June 18, 2002

Old but good stuff from Jonah Goldberg of NRO fame:

There is a split in the ranks of intellectuals about how much ideas affect culture versus how much impersonal events affect it. Did society become secular, self-indulgent, morally subjective, etc., because Nietszche & Co. introduced a bunch of bad ideas? Or did society become all of those things because material prosperity, education, birth control, the automobile, etc., made such changes inevitable? To some extent it's a bit of a nature-versus-nurture argument, in that everybody agrees there's at least some of both going on.

But most of the time, conservatives ignore the fact that the automobile did as much to destabilize communities as rock and roll or Allen Ginsberg. The problem is that it's very difficult to argue with the car — but it is not only easy, it's fun to argue with hippy-dippy beatniks. Intellectuals like to fight ideas, not gadgets. This is especially true of conservatives, since we favor individual liberty and economic freedom; in a free-enterprise system, there's no acceptable policy position against the walkman or the cellular phone. There are plenty of people on the Left who want to ban cigarettes, certain foods, even the automobile. On the Right, we may entertain censorship of ideas (as does the Left; the difference is, we're just too dumb to lie about it) but censoring innovation is strictly and rightly verboten.

Unfortunately, we can focus so much on the perfidy of ideas we convince ourselves that if we can just prove to the world why these ideas are bad, everything will be fine. It's like the guy who looks for his lost car keys under the street lamp because the light is better there; academic nihilism may not be the chief cause of moral decay, but we can see things clearly there, so that's where we do the fighting.

Leaving aside the well-documented stubborn refusal of millions of people to let go of their bad ideas, culture is not just a collection of ideas. Almost every custom and tradition anywhere in the world — from the use of cutlery to burying our dead to the languages we speak — was begun out of some practical necessity. (Go read Hayek if you want a smart person to explain all that.)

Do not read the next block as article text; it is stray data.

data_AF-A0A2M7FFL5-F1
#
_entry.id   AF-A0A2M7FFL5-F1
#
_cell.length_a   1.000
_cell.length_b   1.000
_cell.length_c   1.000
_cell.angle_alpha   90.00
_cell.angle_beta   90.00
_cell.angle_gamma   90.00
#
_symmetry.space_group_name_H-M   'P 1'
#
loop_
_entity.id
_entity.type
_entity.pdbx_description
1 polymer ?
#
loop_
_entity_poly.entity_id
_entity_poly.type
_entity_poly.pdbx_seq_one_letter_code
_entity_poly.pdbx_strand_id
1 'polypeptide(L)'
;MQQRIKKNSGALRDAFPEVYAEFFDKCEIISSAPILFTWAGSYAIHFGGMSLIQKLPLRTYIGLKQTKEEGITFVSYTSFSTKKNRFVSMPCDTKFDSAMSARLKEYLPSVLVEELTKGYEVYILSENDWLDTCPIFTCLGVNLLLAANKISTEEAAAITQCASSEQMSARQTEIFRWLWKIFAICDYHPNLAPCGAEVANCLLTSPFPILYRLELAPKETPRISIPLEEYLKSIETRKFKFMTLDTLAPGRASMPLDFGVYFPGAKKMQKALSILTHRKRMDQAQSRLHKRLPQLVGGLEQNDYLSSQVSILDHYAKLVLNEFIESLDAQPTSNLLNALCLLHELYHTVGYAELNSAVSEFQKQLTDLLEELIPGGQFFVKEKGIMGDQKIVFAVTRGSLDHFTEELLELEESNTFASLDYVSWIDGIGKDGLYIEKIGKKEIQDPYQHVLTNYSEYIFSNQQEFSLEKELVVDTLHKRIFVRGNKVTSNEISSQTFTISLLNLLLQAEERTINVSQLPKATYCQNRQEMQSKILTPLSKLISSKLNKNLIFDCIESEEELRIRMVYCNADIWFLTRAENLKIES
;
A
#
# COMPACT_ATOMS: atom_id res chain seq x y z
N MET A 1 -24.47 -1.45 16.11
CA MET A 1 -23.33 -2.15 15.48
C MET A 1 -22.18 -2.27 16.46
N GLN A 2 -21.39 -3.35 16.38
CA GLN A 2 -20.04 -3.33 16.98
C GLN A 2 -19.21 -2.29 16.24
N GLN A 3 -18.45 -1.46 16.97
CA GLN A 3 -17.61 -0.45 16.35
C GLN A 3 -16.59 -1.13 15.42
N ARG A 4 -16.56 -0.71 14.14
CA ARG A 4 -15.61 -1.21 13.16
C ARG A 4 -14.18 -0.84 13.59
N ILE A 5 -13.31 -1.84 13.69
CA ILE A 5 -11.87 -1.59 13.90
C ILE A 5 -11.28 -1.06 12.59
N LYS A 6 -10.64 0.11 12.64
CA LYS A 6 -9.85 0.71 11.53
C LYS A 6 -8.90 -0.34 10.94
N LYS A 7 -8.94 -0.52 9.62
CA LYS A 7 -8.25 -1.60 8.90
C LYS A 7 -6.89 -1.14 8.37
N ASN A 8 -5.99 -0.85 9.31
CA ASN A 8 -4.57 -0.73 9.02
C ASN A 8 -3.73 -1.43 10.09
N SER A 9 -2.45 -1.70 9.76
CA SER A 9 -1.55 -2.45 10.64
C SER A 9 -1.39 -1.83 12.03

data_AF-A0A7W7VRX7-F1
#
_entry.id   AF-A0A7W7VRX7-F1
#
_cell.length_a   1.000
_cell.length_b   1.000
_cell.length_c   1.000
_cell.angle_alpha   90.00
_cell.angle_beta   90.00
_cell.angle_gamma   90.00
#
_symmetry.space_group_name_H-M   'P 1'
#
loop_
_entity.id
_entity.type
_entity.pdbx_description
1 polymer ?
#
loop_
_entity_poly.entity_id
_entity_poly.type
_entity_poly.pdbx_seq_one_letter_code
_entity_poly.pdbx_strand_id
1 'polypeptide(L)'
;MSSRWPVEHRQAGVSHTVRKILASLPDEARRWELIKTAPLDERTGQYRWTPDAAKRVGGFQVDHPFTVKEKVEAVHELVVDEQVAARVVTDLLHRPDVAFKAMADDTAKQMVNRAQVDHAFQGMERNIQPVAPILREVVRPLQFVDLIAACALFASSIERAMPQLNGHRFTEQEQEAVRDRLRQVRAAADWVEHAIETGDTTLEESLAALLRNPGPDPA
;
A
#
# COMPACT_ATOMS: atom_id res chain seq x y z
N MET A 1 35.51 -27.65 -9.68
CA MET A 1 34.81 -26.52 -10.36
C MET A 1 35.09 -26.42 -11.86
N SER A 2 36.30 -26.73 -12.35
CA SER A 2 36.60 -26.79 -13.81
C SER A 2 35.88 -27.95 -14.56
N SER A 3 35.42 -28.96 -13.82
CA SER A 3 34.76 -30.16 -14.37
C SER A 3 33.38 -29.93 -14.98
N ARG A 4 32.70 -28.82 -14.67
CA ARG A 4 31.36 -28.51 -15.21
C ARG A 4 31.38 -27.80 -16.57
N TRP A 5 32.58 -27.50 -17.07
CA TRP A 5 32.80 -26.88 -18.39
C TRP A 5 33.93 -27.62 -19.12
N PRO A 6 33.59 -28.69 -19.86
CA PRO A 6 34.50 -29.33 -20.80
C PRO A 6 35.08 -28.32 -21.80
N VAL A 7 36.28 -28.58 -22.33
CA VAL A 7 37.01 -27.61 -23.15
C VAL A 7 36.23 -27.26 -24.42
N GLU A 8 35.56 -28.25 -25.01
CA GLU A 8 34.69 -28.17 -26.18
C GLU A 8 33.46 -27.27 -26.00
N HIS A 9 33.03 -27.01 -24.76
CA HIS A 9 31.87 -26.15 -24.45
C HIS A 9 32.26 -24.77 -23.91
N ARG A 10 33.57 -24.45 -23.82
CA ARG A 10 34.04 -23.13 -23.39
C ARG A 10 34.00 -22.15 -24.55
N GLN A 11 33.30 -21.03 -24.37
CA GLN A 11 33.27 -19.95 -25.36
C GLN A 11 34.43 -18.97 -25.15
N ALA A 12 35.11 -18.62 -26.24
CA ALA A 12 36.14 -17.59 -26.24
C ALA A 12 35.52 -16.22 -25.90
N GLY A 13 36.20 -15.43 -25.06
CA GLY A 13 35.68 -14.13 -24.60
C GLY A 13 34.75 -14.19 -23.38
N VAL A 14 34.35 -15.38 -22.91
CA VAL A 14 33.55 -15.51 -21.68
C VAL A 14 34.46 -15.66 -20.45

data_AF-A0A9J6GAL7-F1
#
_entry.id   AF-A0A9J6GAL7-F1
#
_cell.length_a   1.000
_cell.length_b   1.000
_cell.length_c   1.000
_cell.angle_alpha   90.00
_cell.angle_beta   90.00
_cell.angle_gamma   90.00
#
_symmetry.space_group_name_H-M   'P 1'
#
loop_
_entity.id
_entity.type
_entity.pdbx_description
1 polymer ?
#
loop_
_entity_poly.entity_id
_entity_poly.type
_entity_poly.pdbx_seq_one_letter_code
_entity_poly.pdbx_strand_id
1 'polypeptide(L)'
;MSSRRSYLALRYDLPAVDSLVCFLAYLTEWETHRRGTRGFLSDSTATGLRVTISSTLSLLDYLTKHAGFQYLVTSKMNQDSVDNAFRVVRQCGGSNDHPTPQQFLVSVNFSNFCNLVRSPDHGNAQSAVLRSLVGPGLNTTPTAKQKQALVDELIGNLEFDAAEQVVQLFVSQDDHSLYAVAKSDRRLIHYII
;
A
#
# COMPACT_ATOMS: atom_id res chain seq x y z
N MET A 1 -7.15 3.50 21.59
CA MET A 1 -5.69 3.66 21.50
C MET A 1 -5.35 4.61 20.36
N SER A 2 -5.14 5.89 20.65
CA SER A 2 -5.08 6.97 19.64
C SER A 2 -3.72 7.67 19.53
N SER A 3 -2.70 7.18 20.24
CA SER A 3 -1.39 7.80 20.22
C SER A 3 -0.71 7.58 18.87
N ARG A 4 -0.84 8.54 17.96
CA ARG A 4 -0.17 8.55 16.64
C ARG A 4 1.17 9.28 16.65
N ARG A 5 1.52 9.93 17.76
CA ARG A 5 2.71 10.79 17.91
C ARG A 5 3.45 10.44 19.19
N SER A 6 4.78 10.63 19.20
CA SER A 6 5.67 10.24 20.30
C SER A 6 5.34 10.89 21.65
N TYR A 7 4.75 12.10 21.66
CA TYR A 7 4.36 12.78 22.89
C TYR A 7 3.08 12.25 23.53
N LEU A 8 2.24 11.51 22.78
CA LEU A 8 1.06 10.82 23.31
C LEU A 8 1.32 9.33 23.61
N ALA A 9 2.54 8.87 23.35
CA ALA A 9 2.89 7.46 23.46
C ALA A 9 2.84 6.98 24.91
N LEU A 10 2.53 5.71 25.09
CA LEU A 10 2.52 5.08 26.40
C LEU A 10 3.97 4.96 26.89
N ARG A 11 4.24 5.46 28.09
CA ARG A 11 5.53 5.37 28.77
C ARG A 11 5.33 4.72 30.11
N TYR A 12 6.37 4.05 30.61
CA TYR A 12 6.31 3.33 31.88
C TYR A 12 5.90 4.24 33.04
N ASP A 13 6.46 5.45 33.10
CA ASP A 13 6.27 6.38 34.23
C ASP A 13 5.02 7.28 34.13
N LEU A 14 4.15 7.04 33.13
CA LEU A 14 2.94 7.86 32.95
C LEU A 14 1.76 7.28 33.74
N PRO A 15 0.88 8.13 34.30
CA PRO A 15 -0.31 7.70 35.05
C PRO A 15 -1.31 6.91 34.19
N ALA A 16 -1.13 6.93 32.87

Anyway, the point is that technology changes the times we live in but it doesn't change human nature (at least not yet). One of the challenges, today more than ever, is the need to recognize the problems which come from convenience. For example, many college kids today — and maybe even more journalists — think that if something isn't on the web, it doesn't exist. The truth is that the web excludes vastly more information than it includes. But because it is easy to use, we rely on it. This may be the greatest instance of socially imposed amnesia since the Russian Revolution, or the revolts of the iconoclasts or the Luddites. It is certainly the most successful one. At the same time, we think that simply because the web makes something easier to do, it means we should do it.

Think of it this way: Hard work leads to character. There isn't a person in the world who's written on the topic who doesn't say something like that. Now imagine if you could take a pill that would automatically make you very smart and in perfect physical shape overnight. Intelligence and physical strength used to be well-recognized by-products of character building. With the pill, there's no building — just the final product. That pill would be more dangerous to a virtuous society than any "if it feels good do it" doctrine coming out of Brown University.

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